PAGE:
Preserving more than words

A vast collection of rare books at Keio University is attracting worldwide interest through a new online course

Published online 23 June 2016

The single extant scroll-format copy of Shinsen Tsukuba shū (first volume) housed at Keio University's Shido Bunko (Institute of Oriental Classics).

The single extant scroll-format copy of Shinsen Tsukuba shū (first volume) housed at Keio University's Shido Bunko (Institute of Oriental Classics).

© 2016 Keio University

Surrounded by floor-to-ceiling bookshelves filled with ancient scrolls, original manuscripts and rare artworks, Takahiro Sasaki, a professor at Keio University's Shido Bunko (Institute of Oriental Classics), reflects on his career. "When I studied medieval Japanese literature here at Keio University, I was struck by the sheer beauty of books. That was my first step into the world of bibliography," he says.

Housing 175,000 works, mainly Japanese classical texts, as well as pieces from China, Korea, and Vietnam, and a collection of rare Western books, Shido Bunko's library was amassed largely through items donated to the institute after World War II. Now, the world will have digital access to its collection through an online course guided by Sasaki. The course, Japanese Culture Through Rare Books, launched in collaboration with the UK's social learning platform FutureLearn and starting in July 2016, will explore the role of books in Japan's culture and history.

Books as time capsules

"Books are not just a way of preserving words and images," says Sasaki. "They are time capsules; their binding method, format and cover style can tell us a great deal about authorship and where they were made. We can learn about the cultural background, paper-making methods, fashions and technologies that led to their creation."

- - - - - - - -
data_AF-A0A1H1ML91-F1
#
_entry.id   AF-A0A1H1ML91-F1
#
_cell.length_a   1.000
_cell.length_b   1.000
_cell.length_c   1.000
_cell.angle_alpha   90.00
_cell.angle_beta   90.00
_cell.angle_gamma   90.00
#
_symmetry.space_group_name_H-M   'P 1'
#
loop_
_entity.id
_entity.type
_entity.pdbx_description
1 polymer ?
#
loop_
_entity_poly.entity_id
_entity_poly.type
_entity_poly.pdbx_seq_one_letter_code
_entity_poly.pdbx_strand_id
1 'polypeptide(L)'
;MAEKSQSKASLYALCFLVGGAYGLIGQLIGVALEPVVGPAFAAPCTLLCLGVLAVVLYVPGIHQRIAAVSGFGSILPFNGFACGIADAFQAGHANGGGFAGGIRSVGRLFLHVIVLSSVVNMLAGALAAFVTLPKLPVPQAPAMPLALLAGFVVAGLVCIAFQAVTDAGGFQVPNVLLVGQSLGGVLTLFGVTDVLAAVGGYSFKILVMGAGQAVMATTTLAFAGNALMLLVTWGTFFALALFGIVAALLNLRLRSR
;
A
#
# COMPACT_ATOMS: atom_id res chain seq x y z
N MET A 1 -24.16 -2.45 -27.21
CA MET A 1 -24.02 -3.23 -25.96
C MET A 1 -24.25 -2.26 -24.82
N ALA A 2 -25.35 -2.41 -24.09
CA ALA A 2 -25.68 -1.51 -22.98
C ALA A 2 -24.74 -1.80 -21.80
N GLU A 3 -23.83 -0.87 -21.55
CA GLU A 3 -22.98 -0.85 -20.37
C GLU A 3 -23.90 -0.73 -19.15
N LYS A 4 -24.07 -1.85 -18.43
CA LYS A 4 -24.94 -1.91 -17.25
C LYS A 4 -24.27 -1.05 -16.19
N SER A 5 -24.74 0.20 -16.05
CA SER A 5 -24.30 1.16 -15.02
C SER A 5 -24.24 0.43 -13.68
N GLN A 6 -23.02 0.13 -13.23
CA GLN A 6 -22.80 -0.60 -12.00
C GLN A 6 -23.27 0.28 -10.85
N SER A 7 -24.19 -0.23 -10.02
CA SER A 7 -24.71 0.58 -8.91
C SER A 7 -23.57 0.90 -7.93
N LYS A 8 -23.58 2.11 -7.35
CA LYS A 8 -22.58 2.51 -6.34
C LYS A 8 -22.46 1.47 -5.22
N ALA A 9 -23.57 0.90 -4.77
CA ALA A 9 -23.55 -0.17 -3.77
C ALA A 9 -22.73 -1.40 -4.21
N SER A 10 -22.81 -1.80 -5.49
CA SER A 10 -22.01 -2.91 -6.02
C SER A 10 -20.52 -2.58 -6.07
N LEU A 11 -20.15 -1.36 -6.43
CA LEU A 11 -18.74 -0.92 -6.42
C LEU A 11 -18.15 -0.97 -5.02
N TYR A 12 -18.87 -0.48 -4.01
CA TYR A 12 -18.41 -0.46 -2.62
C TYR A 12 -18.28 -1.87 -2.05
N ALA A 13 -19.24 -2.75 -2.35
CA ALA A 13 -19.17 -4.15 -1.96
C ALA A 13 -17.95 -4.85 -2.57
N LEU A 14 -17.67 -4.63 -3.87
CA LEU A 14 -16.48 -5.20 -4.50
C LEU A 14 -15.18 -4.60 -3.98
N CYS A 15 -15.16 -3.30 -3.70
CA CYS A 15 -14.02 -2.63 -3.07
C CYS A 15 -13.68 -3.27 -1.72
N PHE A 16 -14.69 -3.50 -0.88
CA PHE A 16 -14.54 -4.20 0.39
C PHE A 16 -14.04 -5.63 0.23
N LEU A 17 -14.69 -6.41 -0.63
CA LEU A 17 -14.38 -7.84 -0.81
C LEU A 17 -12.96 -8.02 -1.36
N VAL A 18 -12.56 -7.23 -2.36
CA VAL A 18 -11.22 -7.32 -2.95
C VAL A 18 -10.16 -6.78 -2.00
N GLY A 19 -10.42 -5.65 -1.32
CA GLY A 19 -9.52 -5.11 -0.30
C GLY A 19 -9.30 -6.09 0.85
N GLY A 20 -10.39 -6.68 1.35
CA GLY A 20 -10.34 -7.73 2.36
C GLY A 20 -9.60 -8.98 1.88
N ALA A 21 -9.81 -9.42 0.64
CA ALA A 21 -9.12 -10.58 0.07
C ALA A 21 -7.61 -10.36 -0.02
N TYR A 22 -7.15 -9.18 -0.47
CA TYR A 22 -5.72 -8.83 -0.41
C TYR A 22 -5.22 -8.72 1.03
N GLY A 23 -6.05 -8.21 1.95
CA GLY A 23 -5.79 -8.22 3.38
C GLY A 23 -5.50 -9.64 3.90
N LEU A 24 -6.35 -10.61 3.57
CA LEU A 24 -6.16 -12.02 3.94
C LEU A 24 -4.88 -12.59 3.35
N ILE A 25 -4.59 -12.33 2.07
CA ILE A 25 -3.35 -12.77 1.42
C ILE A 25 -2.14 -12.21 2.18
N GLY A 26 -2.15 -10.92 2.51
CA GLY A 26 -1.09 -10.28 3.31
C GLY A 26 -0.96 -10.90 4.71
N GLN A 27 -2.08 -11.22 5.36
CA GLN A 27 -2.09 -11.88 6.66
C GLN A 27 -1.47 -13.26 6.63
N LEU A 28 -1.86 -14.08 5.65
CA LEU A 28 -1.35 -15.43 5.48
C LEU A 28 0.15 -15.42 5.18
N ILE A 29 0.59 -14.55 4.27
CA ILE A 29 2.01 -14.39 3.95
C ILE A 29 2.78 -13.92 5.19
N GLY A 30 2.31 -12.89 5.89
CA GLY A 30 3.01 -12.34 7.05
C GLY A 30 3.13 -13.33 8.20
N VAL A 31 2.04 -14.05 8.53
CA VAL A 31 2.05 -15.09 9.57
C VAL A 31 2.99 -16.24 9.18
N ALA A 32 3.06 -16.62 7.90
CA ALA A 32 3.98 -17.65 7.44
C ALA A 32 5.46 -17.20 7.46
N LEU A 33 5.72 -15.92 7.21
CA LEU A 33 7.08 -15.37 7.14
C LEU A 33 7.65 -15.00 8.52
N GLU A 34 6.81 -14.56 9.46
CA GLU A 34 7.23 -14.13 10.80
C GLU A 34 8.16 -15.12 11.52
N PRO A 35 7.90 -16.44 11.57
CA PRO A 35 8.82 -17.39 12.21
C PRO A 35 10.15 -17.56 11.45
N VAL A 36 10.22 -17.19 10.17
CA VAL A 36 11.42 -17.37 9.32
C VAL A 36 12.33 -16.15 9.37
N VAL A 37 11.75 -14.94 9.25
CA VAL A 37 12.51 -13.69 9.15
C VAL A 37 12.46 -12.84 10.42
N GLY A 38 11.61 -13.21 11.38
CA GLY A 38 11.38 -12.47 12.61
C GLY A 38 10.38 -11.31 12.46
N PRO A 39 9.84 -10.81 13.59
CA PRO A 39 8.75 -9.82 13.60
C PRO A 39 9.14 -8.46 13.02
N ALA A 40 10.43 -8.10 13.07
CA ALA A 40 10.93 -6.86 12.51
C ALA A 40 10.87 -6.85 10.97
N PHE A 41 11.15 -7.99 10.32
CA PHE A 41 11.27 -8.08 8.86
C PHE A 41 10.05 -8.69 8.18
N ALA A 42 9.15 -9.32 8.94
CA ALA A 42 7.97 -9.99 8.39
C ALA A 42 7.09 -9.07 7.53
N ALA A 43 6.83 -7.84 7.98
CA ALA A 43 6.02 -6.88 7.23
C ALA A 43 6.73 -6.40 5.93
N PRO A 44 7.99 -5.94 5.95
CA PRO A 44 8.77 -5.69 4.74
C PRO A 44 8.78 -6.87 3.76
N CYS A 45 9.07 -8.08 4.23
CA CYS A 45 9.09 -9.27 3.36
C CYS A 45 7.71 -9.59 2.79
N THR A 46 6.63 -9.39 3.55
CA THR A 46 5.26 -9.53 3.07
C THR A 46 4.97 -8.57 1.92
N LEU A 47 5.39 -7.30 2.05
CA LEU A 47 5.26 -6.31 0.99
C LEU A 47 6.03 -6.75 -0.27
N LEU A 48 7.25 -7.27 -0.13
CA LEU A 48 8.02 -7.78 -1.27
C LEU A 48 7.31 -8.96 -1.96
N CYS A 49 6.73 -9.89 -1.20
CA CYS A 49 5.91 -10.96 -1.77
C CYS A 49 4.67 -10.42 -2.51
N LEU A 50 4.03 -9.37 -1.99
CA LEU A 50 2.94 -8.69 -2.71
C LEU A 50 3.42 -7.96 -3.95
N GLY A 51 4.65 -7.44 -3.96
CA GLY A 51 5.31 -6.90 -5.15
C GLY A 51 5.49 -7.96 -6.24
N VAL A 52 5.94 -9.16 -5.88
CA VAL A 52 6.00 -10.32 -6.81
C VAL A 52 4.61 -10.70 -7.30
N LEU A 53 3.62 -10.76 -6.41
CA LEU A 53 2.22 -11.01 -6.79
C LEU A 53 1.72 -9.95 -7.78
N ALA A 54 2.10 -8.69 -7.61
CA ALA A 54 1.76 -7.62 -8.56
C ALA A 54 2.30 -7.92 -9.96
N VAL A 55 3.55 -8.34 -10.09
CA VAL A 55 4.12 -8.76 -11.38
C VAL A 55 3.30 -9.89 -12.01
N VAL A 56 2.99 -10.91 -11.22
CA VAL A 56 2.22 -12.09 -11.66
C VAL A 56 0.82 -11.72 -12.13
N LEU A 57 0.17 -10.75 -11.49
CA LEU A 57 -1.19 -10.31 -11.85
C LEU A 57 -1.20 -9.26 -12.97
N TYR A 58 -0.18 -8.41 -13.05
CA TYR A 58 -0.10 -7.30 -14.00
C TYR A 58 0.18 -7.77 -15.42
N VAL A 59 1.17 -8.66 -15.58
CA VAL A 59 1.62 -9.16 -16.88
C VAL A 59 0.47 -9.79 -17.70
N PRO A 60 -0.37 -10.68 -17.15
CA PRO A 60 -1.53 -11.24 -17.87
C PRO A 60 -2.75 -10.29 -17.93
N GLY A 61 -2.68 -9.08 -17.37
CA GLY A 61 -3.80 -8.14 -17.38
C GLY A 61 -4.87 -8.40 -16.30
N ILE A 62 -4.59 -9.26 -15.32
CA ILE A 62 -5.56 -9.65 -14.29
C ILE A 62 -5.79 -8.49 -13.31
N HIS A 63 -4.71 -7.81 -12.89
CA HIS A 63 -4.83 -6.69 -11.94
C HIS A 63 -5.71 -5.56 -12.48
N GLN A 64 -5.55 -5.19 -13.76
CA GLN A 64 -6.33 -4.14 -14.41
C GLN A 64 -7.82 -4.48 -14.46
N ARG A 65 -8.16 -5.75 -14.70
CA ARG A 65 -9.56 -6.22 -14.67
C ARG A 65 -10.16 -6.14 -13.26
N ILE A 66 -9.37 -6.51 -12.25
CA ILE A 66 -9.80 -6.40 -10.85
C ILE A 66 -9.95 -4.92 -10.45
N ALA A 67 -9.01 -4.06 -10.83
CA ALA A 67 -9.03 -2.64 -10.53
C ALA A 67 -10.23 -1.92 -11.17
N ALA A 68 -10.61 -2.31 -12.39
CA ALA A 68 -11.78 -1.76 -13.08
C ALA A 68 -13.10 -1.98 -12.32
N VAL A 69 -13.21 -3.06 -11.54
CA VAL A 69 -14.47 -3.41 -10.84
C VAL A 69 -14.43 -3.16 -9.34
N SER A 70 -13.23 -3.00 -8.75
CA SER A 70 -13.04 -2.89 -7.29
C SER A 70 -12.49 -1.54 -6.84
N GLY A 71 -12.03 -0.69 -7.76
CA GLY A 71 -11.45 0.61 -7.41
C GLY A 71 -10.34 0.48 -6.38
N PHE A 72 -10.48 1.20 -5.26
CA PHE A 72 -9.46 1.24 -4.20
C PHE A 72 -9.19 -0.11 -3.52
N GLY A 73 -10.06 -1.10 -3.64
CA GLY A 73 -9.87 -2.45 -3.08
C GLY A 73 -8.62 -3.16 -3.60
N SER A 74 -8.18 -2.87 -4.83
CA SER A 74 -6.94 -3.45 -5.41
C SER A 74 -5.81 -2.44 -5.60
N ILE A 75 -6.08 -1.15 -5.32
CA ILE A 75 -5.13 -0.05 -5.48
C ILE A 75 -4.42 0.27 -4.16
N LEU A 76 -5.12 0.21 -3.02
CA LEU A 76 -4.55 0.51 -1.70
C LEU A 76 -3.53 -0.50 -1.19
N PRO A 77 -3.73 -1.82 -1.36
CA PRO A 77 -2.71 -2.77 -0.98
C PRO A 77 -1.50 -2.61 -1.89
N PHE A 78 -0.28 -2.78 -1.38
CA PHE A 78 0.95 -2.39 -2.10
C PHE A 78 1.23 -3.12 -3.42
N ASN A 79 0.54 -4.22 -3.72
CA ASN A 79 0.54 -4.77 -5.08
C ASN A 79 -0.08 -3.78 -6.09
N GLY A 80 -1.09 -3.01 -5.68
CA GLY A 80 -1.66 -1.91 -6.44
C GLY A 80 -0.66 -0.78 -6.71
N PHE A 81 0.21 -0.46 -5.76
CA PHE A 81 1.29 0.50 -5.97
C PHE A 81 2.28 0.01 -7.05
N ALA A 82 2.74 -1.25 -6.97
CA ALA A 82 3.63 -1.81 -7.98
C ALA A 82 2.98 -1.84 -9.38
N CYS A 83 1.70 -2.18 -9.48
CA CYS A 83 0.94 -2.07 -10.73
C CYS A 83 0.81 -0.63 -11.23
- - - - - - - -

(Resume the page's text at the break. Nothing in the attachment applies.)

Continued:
"For example, we have the single extant scroll-format copy of the first volume of Shinsen Tsukuba shū, written in the 15th century by imperial decree," says Sasaki of the anthology of Japanese collaborative poetry known as renga (see image). "Through research, I have found that the copyist of this work was not the master poet Sōboku as previously thought, but Anegakōji Mototsuna, a feudal lord who may have drafted the preliminary copy of the text."

Sasaki's detective work to unravel such mysteries using techniques such as handwriting analysis and comparative studies of textual lines is detailed in his book, The Bibliographical Study of Classical Japanese Texts, published in Japanese in June 2016. The book contains examples taken from popular works such as The Tale of Genji, The Tale of the Heike and The Pillow Book.

Opening up to the world

Unfurling a scroll dating back to 740 AD ― the oldest known in the university's collection ― Sasaki explains that Buddhist texts in the form of sutras came to Japan from China and Korea during the Nara period (710-794).

"Among all formats, including the 'multi-section-binding' and 'pouch-binding' styles used for classical texts, my research has shown that the scroll format symbolises the highest rank, meaning that the scroll is at the top of the cultural hierarchy in terms of both the content and readership," says Sasaki. The "multi-section-binding" format (tetsuyōsō) refers to single-folded pages sewn together along the fold and the "pouch-binding" style (fukuro-toji) refers to double-leaved pages forming a pouch as they are bound along the spine.

The scroll format subsequently influenced the placement of titles on bound books. For example, a vertical title on the left-hand side of a book cover often indicates that the book originated as a scroll, while a title placed in the center suggests that the book is a work of fiction, not derived from a scroll.

Japanese literature and the art of bookmaking flourished in the Heian (794-1185) and medieval (1185-1600) periods; this synergy of creativity is reflected in the diverse bookbinding techniques developed during this time and, for example, in the innovative use of minerals, such as mica powder to create luminous patterns.

"Today, we can see the influence of these features in Japanese stationery, which is famed for its intricate designs," says Sasaki. "Manga and anime also have their roots in these classical Japanese texts."

Sasaki observes that there is growing interest in Japanese rare books overseas. "We've had tremendous interest in our online course from around the world," he says. "I hope the course will deepen people's knowledge of Japanese culture and history," says Sasaki. "Books are an excellent gateway to understanding Japan."

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This article was made for Keio University by Nature Research Custom Media, part of Springer Nature.